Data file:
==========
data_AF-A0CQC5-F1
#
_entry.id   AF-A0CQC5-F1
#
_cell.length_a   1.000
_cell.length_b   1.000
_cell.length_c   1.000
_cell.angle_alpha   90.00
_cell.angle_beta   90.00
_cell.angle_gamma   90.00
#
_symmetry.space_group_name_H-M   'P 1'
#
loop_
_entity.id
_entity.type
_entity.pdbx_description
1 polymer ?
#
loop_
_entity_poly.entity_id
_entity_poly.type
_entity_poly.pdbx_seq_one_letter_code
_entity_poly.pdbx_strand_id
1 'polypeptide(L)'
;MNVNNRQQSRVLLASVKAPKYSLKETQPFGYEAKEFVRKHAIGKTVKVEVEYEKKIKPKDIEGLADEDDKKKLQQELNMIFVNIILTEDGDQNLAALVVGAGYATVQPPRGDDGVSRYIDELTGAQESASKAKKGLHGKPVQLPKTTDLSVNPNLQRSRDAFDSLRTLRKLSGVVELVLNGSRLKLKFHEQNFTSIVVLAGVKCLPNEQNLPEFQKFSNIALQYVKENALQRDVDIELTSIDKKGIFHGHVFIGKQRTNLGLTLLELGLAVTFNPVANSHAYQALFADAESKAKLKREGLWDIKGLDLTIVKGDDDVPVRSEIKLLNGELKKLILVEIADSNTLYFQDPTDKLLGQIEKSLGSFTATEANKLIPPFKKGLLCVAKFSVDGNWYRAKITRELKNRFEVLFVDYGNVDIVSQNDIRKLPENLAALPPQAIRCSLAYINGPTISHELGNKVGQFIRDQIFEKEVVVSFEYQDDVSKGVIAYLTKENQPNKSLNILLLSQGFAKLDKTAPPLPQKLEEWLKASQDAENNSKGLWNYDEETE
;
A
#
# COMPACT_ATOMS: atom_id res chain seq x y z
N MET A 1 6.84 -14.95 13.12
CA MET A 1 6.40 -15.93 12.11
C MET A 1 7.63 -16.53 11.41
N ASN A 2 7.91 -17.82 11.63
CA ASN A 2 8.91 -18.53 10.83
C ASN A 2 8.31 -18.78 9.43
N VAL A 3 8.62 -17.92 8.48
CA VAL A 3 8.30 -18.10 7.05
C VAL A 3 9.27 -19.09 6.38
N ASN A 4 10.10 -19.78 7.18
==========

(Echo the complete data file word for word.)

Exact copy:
data_AF-A0CQC5-F1
#
_entry.id   AF-A0CQC5-F1
#
_cell.length_a   1.000
_cell.length_b   1.000
_cell.length_c   1.000
_cell.angle_alpha   90.00
_cell.angle_beta   90.00
_cell.angle_gamma   90.00
#
_symmetry.space_group_name_H-M   'P 1'
#
loop_
_entity.id
_entity.type
_entity.pdbx_description
1 polymer ?
#
loop_
_entity_poly.entity_id
_entity_poly.type
_entity_poly.pdbx_seq_one_letter_code
_entity_poly.pdbx_strand_id
1 'polypeptide(L)'
;MNVNNRQQSRVLLASVKAPKYSLKETQPFGYEAKEFVRKHAIGKTVKVEVEYEKKIKPKDIEGLADEDDKKKLQQELNMIFVNIILTEDGDQNLAALVVGAGYATVQPPRGDDGVSRYIDELTGAQESASKAKKGLHGKPVQLPKTTDLSVNPNLQRSRDAFDSLRTLRKLSGVVELVLNGSRLKLKFHEQNFTSIVVLAGVKCLPNEQNLPEFQKFSNIALQYVKENALQRDVDIELTSIDKKGIFHGHVFIGKQRTNLGLTLLELGLAVTFNPVANSHAYQALFADAESKAKLKREGLWDIKGLDLTIVKGDDDVPVRSEIKLLNGELKKLILVEIADSNTLYFQDPTDKLLGQIEKSLGSFTATEANKLIPPFKKGLLCVAKFSVDGNWYRAKITRELKNRFEVLFVDYGNVDIVSQNDIRKLPENLAALPPQAIRCSLAYINGPTISHELGNKVGQFIRDQIFEKEVVVSFEYQDDVSKGVIAYLTKENQPNKSLNILLLSQGFAKLDKTAPPLPQKLEEWLKASQDAENNSKGLWNYDEETE
;
A
#
# COMPACT_ATOMS: atom_id res chain seq x y z
N MET A 1 6.84 -14.95 13.12
CA MET A 1 6.40 -15.93 12.11
C MET A 1 7.63 -16.53 11.41
N ASN A 2 7.91 -17.82 11.63
CA ASN A 2 8.91 -18.53 10.83
C ASN A 2 8.31 -18.78 9.43
N VAL A 3 8.62 -17.92 8.48
CA VAL A 3 8.30 -18.10 7.05
C VAL A 3 9.27 -19.09 6.38
N ASN A 4 10.10 -19.78 7.18